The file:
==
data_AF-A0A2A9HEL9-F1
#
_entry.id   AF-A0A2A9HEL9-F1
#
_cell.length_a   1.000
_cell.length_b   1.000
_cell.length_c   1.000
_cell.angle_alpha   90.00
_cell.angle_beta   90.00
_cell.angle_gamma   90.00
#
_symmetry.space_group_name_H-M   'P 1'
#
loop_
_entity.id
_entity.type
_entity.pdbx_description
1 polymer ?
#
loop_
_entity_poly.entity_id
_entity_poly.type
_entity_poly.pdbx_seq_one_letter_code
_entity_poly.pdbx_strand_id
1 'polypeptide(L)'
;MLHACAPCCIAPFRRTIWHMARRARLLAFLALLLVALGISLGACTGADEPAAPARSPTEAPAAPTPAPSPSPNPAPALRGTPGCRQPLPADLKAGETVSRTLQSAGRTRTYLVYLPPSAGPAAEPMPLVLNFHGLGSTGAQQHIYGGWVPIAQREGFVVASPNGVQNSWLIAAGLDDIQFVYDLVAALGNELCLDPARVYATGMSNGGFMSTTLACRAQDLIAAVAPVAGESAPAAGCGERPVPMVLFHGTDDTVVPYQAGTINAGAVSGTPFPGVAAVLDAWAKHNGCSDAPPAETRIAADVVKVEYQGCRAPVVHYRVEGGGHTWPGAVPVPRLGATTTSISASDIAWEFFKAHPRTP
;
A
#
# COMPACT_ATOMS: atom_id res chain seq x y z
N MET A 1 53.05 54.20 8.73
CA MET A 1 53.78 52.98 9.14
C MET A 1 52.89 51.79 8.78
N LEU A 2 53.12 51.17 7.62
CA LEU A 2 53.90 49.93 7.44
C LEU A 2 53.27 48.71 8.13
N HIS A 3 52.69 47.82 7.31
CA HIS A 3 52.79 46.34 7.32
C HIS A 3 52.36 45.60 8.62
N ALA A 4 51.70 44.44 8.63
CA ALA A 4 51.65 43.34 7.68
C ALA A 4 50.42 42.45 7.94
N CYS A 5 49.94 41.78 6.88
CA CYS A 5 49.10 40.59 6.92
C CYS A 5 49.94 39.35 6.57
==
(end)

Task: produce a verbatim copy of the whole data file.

data_AF-A0A2A9HEL9-F1
#
_entry.id   AF-A0A2A9HEL9-F1
#
_cell.length_a   1.000
_cell.length_b   1.000
_cell.length_c   1.000
_cell.angle_alpha   90.00
_cell.angle_beta   90.00
_cell.angle_gamma   90.00
#
_symmetry.space_group_name_H-M   'P 1'
#
loop_
_entity.id
_entity.type
_entity.pdbx_description
1 polymer ?
#
loop_
_entity_poly.entity_id
_entity_poly.type
_entity_poly.pdbx_seq_one_letter_code
_entity_poly.pdbx_strand_id
1 'polypeptide(L)'
;MLHACAPCCIAPFRRTIWHMARRARLLAFLALLLVALGISLGACTGADEPAAPARSPTEAPAAPTPAPSPSPNPAPALRGTPGCRQPLPADLKAGETVSRTLQSAGRTRTYLVYLPPSAGPAAEPMPLVLNFHGLGSTGAQQHIYGGWVPIAQREGFVVASPNGVQNSWLIAAGLDDIQFVYDLVAALGNELCLDPARVYATGMSNGGFMSTTLACRAQDLIAAVAPVAGESAPAAGCGERPVPMVLFHGTDDTVVPYQAGTINAGAVSGTPFPGVAAVLDAWAKHNGCSDAPPAETRIAADVVKVEYQGCRAPVVHYRVEGGGHTWPGAVPVPRLGATTTSISASDIAWEFFKAHPRTP
;
A
#
# COMPACT_ATOMS: atom_id res chain seq x y z
N MET A 1 53.05 54.20 8.73
CA MET A 1 53.78 52.98 9.14
C MET A 1 52.89 51.79 8.78
N LEU A 2 53.12 51.17 7.62
CA LEU A 2 53.90 49.93 7.44
C LEU A 2 53.27 48.71 8.13
N HIS A 3 52.69 47.82 7.31
CA HIS A 3 52.79 46.34 7.32
C HIS A 3 52.36 45.60 8.62
N ALA A 4 51.70 44.44 8.63
CA ALA A 4 51.65 43.34 7.68
C ALA A 4 50.42 42.45 7.94
N CYS A 5 49.94 41.78 6.88
CA CYS A 5 49.10 40.59 6.92
C CYS A 5 49.94 39.35 6.57